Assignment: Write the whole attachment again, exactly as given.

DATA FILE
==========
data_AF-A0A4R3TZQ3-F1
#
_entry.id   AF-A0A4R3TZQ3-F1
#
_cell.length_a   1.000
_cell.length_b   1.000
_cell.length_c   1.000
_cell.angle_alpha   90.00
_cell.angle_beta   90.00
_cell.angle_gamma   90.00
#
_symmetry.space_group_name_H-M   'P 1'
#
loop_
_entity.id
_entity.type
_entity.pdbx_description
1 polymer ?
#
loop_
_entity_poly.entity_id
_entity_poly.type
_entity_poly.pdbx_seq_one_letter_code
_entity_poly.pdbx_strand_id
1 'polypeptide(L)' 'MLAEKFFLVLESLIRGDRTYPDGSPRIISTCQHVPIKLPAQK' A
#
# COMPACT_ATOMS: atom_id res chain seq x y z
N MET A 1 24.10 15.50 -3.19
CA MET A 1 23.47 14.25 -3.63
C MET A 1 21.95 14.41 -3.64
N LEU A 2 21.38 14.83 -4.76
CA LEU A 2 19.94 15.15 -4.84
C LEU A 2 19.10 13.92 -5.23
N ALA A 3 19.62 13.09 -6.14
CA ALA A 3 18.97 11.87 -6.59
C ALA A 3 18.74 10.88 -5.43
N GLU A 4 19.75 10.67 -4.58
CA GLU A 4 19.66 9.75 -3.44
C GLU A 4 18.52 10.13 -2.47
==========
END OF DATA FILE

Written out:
data_AF-A0A4R3TZQ3-F1
#
_entry.id   AF-A0A4R3TZQ3-F1
#
_cell.length_a   1.000
_cell.length_b   1.000
_cell.length_c   1.000
_cell.angle_alpha   90.00
_cell.angle_beta   90.00
_cell.angle_gamma   90.00
#
_symmetry.space_group_name_H-M   'P 1'
#
loop_
_entity.id
_entity.type
_entity.pdbx_description
1 polymer ?
#
loop_
_entity_poly.entity_id
_entity_poly.type
_entity_poly.pdbx_seq_one_letter_code
_entity_poly.pdbx_strand_id
1 'polypeptide(L)' 'MLAEKFFLVLESLIRGDRTYPDGSPRIISTCQHVPIKLPAQK' A
#
# COMPACT_ATOMS: atom_id res chain seq x y z
N MET A 1 24.10 15.50 -3.19
CA MET A 1 23.47 14.25 -3.63
C MET A 1 21.95 14.41 -3.64
N LEU A 2 21.38 14.83 -4.76
CA LEU A 2 19.94 15.15 -4.84
C LEU A 2 19.10 13.92 -5.23
N ALA A 3 19.62 13.09 -6.14
CA ALA A 3 18.97 11.87 -6.59
C ALA A 3 18.74 10.88 -5.43
N GLU A 4 19.75 10.67 -4.58
CA GLU A 4 19.66 9.75 -3.44
C GLU A 4 18.52 10.13 -2.47